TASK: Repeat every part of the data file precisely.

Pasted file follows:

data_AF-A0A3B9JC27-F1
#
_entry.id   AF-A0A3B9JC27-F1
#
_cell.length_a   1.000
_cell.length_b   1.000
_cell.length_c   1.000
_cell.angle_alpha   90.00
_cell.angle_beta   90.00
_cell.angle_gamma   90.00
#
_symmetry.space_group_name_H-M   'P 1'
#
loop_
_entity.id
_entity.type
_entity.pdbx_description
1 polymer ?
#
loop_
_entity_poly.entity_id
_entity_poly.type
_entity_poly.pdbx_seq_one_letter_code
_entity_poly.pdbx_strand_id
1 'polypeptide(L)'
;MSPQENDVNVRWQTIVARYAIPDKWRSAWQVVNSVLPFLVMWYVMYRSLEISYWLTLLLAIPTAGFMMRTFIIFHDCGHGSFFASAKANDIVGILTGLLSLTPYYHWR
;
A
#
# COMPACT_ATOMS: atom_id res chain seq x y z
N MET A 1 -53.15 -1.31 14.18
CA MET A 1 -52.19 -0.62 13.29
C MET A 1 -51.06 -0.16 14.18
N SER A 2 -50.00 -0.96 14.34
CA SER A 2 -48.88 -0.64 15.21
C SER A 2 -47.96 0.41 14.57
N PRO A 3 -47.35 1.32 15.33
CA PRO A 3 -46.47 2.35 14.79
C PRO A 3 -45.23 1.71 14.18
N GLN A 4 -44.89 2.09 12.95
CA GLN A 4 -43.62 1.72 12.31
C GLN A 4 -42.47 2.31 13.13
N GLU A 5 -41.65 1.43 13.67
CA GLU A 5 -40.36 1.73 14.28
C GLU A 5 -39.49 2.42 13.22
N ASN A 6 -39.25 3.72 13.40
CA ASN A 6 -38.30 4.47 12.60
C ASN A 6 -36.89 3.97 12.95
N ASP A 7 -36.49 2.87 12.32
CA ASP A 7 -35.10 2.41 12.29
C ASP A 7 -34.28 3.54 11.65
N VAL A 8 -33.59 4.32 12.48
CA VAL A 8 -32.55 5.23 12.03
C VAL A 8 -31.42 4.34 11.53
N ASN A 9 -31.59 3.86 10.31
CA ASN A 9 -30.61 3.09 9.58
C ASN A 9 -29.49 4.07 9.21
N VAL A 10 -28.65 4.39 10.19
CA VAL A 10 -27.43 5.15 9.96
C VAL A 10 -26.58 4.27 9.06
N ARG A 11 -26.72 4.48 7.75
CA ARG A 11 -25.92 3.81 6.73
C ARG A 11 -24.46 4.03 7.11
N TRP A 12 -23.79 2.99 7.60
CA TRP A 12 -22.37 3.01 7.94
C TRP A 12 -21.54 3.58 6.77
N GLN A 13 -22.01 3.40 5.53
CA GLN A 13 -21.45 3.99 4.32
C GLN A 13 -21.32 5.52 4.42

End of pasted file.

data_AF-A0A3B9JC27-F1
#
_entry.id   AF-A0A3B9JC27-F1
#
_cell.length_a   1.000
_cell.length_b   1.000
_cell.length_c   1.000
_cell.angle_alpha   90.00
_cell.angle_beta   90.00
_cell.angle_gamma   90.00
#
_symmetry.space_group_name_H-M   'P 1'
#
loop_
_entity.id
_entity.type
_entity.pdbx_description
1 polymer ?
#
loop_
_entity_poly.entity_id
_entity_poly.type
_entity_poly.pdbx_seq_one_letter_code
_entity_poly.pdbx_strand_id
1 'polypeptide(L)'
;MSPQENDVNVRWQTIVARYAIPDKWRSAWQVVNSVLPFLVMWYVMYRSLEISYWLTLLLAIPTAGFMMRTFIIFHDCGHGSFFASAKANDIVGILTGLLSLTPYYHWR
;
A
#
# COMPACT_ATOMS: atom_id res chain seq x y z
N MET A 1 -53.15 -1.31 14.18
CA MET A 1 -52.19 -0.62 13.29
C MET A 1 -51.06 -0.16 14.18
N SER A 2 -50.00 -0.96 14.34
CA SER A 2 -48.88 -0.64 15.21
C SER A 2 -47.96 0.41 14.57
N PRO A 3 -47.35 1.32 15.33
CA PRO A 3 -46.47 2.35 14.79
C PRO A 3 -45.23 1.71 14.18
N GLN A 4 -44.89 2.09 12.95
CA GLN A 4 -43.62 1.72 12.31
C GLN A 4 -42.47 2.31 13.13
N GLU A 5 -41.65 1.43 13.67
CA GLU A 5 -40.36 1.73 14.28
C GLU A 5 -39.49 2.42 13.22
N ASN A 6 -39.25 3.72 13.40
CA ASN A 6 -38.30 4.47 12.60
C ASN A 6 -36.89 3.97 12.95
N ASP A 7 -36.49 2.87 12.32
CA ASP A 7 -35.10 2.41 12.29
C ASP A 7 -34.28 3.54 11.65
N VAL A 8 -33.59 4.32 12.48
CA VAL A 8 -32.55 5.23 12.03
C VAL A 8 -31.42 4.34 11.53
N ASN A 9 -31.59 3.86 10.31
CA ASN A 9 -30.61 3.09 9.58
C ASN A 9 -29.49 4.07 9.21
N VAL A 10 -28.65 4.39 10.19
CA VAL A 10 -27.43 5.15 9.96
C VAL A 10 -26.58 4.27 9.06
N ARG A 11 -26.72 4.48 7.75
CA ARG A 11 -25.92 3.81 6.73
C ARG A 11 -24.46 4.03 7.11
N TRP A 12 -23.79 2.99 7.60
CA TRP A 12 -22.37 3.01 7.94
C TRP A 12 -21.54 3.58 6.77
N GLN A 13 -22.01 3.40 5.53
CA GLN A 13 -21.45 3.99 4.32
C GLN A 13 -21.32 5.52 4.42